10-cent DryCard to Help Farmers Keep Harvest Safe From Mold

Molds that contaminate dry foods, especially ground nuts and maize cause significant postharvest losses in the developing world.  Mold contamination results in poor flavor, loss of dry matter, and most importantly, is a health hazard.  Aflatoxin, produced by several fungi, contaminates up to one quarter of the world’s food crops and is a particular problem in sub-Saharan Africa and Asia. It causes acute poisoning, liver cancer and is associated with stunting and suppression of the immune system.  It is estimated to cause about 100,000 cases of liver cancer per year and a world-wide loss of 1-2 million daily adjusted life years per year.

The DryCard shows farmers when produce is safe to store without risk of growing mold. It has been translated into Spanish, Swahili, French, and Urdu so far. (Jim Thompson)

The DryCard shows farmers when produce is safe to store without risk of growing mold. It has been translated into Spanish, Swahili, French, and Urdu so far. (Jim Thompson)

Fungal contamination can occur before harvest, but much of it occurs during drying and storage.  Mold development can be stopped by ensuring that food and feed is adequately dried.  Electronic moisture meters are commercially available but cost hundreds to thousands of dollars.

Jim Thompson and Michael Reid have developed a simple, low-cost method of determining whether foods are dry enough to prevent mold growth in dry foods.  The device is called DryCard and is based on the concept that relative humidity of air around a product reflects the moisture content of the product. (This is called equilibrium relative humidity.)  Molds will not grow if the relative humidity of the air around a product is lower than 65 percent.  The convenient aspect of this concept is that it is not necessary to measure product moisture, but only the relative humidity in air around a food item.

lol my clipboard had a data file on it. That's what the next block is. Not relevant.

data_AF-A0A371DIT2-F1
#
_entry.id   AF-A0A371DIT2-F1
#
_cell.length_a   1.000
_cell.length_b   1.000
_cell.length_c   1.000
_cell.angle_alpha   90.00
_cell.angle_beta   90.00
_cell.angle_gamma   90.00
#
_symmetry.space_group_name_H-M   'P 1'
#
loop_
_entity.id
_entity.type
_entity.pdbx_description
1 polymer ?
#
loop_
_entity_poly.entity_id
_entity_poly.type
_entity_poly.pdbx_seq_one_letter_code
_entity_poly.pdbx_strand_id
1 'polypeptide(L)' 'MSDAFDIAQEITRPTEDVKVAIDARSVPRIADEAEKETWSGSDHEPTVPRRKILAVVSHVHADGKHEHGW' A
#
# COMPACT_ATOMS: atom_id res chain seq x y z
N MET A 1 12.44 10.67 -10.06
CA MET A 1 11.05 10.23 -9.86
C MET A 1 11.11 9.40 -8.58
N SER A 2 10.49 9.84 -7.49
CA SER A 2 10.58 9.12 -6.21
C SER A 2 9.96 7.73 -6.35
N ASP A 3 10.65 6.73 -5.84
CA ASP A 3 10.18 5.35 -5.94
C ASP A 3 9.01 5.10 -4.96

The DryCard estimates relative humidity with a commercially available paper strip that changes color as air humidity changes.  A blue or grey color indicates humidity is below the threshold that will allow mold growth. A pink color indicates that the product is not adequately dried and mold can develop.  The materials used to make each DryCard cost less than 10 cents and the card can be reused many times.

Projects to introduce the DryCard are being planned in Zambia, Tanzania and Kenya.  If you are interested in participating in the DryCard project, please contact Michael Reid, msreid@ucdavis.edu or Jim Thompson, jfthompson@ucdavis.edu.

The DryCard project was supported by the Horticulture Innovation Lab at UC Davis, which is supported by USAID.

Source: UC PostHarvest Technology Center newsletter, Feb. 2017

More information

UC PostHarvest Technology Center

 

Leave a Reply

Your email address will not be published. Required fields are marked *